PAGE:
Having a transceiver in your car can be useful. It's good to listen in to local repeaters during long journeys. Being able to park at the top of a hill to make a QSO can be a lot of fun. With VHF/UHF, height and location makes a huge difference to range and coverage, so being mobile really opens the potential of these bands.
Cars are expensive, so it's better to avoid hacking in to wires or drilling holes, doing these things can devalue a car, or worse, damage it. So for me, any hacking into the cars vital systems or structure needs to be avoided.
So how can you fit a dual band to your car without cutting holes or interfering with the wiring? This page aims to share my experience of fitting a IC2730 to my family saloon car. No cutting, drilling, or soldering was used to achieve this robust and reliable traceiver installation.
Here's a list of recommended items:
The first thing to do is to fit the big items to the car. Before starting, locate your fuse box, then you can think about the best location for all the other 'movable' items:
For me, the radio fitted nicely under the drivers seat, I found that sticky backed Velcro was perfect for securing the radio to the floor of the car. No drilling was required.
The antenna obviously goes on the roof, the antenna cable fitted nicely over the boot seal with no issues. This is how the cable makes it's way into the car.
The radio control panel is fitted to the windscreen using a mobile phone mount. The mounts for my ICOM radio are very expensive, so a mobile phone mount worked just fine for me. I had to modify the phone mount a bit, but this approach saved me a fortune.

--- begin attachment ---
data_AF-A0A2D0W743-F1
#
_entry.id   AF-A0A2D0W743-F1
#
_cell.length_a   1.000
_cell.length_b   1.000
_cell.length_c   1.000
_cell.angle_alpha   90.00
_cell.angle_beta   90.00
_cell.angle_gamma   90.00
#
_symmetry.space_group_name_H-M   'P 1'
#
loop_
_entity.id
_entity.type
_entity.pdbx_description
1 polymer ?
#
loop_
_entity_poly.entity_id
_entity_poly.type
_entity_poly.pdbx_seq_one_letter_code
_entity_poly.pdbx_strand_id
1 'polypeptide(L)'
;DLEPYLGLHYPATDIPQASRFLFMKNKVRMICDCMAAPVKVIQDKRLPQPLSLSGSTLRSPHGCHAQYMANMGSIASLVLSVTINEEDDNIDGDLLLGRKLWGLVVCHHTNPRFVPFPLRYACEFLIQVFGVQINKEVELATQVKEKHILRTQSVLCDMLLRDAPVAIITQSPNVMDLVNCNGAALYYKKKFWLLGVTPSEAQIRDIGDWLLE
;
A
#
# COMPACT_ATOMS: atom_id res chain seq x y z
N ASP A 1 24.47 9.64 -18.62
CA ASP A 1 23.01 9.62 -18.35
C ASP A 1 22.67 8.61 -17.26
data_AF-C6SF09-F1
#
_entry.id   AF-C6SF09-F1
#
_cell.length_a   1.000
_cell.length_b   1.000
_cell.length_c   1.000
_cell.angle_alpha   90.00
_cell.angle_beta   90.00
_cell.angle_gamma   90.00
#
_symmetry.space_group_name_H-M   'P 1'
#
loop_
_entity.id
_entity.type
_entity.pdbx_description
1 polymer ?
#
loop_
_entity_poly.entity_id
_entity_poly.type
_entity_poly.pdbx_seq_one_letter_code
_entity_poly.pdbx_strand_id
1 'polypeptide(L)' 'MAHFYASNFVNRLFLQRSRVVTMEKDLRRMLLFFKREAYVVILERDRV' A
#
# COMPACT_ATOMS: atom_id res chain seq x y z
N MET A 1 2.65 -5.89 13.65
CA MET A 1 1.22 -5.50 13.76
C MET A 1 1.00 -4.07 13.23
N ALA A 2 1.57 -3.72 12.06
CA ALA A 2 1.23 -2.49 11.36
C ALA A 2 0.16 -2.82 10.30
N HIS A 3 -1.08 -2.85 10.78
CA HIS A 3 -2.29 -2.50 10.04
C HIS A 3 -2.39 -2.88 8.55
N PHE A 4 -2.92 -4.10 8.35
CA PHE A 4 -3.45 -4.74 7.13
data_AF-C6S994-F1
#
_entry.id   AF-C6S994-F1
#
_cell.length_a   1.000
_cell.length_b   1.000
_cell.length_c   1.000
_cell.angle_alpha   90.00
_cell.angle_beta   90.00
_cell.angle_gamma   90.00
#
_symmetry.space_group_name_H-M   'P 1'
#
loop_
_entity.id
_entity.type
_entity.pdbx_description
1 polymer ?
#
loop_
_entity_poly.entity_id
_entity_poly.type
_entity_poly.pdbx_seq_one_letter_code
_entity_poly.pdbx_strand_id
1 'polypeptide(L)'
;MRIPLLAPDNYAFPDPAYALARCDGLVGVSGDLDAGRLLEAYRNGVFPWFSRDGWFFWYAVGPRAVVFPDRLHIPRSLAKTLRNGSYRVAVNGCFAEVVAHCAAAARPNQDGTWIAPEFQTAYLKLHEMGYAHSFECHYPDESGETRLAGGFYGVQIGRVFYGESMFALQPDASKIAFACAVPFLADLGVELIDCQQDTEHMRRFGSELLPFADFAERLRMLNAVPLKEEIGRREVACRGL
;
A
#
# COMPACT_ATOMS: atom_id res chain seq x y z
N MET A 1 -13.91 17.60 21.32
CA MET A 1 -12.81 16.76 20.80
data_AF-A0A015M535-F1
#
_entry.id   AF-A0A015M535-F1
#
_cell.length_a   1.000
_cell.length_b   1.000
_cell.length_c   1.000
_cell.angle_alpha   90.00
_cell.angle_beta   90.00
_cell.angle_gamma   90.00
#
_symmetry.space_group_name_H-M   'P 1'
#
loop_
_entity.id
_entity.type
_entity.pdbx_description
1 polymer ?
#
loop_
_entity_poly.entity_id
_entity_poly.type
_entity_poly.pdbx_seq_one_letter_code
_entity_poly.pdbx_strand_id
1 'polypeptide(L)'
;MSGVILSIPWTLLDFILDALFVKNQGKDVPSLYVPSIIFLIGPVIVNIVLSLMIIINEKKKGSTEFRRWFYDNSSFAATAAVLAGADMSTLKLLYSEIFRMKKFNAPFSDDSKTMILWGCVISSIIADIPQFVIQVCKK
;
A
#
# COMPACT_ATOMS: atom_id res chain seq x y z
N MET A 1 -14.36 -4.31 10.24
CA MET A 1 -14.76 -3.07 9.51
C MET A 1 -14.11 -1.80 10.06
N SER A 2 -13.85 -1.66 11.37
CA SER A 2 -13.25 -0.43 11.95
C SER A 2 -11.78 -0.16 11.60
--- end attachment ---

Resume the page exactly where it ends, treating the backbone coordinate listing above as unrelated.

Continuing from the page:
For the microphone mount I used a regular sticky hook that is usually used in the home, perfect for the job.
I found all the wires could be tucked under the trim or carpet up to the dashboard. Then it was just a case of running the cables behind the dash through to their end locations.
The antenna cable easily passed over the rear hatchback seal, then under the rear seats to the centre console.
Once the cable runs were in place, a couple of cable ties were used to tidy things up where needed.
Again, no cutting or drilling was needed.
Most of the connections are obvious, but the power connection is a different matter. I used a piggy back fuse to provide the supply. Using a piggy back fuse is a lot easier, this type of fuse holder provides a 12v supply directly from your fuse box, no cutting or soldering is required.
In the image you'll see how this was used to get the radio supply, in my case there was an empty fuse slot making things even easier.
Use a multimeter set to volts to help identify the best location to fit your piggy-backed fuse.
The ground wire was terminated using a ring terminal, this was fixed to a suitable bolt near the fuse box.
All of the wires were secured with cable ties and protected from chafing where needed. Excess wire was bundled up and cable tied up. I did not remove excess wire to allow me to remove the radio at a later date and fit in another vehicle.
The IC2730 has an automatic power off, so I used a permanent 12V supply as recommended in the user manual. A switched supply was also available in the fuse box so you will need to decide which type of supply to use.
I'm very happy with how this all fitted into my car. Having a radio with a detachable fascia really helps the installation as all the dials and buttons can be placed in the best location. Most importantly, this entire installation can be removed without any damage to the car or equipment.
I found that the speaker (in the radio body) being under the seat worked just fine most of the time, although I did have the option of connecting this to the aux I/P of my car radio if needed. But other than that, this installation works just fine for me.
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